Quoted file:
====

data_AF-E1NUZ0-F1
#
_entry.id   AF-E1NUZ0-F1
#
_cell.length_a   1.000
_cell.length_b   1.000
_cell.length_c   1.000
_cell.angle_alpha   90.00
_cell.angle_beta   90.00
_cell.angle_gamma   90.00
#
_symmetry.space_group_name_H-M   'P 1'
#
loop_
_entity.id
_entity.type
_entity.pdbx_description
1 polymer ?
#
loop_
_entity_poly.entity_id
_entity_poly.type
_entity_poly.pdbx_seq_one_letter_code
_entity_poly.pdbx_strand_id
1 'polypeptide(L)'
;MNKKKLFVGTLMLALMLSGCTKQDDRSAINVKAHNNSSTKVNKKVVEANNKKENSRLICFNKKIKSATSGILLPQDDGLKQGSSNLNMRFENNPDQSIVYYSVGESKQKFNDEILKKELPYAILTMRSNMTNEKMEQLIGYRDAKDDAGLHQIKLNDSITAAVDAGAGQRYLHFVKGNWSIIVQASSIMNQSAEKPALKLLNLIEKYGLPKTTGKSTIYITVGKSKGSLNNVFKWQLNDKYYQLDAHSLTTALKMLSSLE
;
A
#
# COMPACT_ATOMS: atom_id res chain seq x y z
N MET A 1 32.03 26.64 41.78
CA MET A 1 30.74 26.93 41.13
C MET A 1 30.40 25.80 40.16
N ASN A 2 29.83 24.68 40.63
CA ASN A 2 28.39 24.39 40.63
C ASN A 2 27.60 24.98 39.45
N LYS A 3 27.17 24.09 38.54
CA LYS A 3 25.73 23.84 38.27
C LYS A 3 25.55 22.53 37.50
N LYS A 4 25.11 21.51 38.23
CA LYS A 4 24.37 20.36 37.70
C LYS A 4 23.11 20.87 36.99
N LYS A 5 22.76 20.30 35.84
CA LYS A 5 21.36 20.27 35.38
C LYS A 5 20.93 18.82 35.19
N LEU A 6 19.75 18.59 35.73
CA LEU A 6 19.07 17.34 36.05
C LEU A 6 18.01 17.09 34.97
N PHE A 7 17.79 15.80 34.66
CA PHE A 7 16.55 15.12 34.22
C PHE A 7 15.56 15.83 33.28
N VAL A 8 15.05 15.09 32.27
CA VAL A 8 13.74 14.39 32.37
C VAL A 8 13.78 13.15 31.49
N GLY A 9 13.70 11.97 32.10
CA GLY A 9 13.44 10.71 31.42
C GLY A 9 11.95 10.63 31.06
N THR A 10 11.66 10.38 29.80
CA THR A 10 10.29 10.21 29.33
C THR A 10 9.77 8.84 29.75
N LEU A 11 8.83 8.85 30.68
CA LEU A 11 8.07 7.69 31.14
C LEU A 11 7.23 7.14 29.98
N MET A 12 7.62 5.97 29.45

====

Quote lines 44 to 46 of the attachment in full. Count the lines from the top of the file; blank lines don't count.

CA LYS A 5 21.36 20.27 35.38
C LYS A 5 20.93 18.82 35.19
N LEU A 6 19.75 18.59 35.73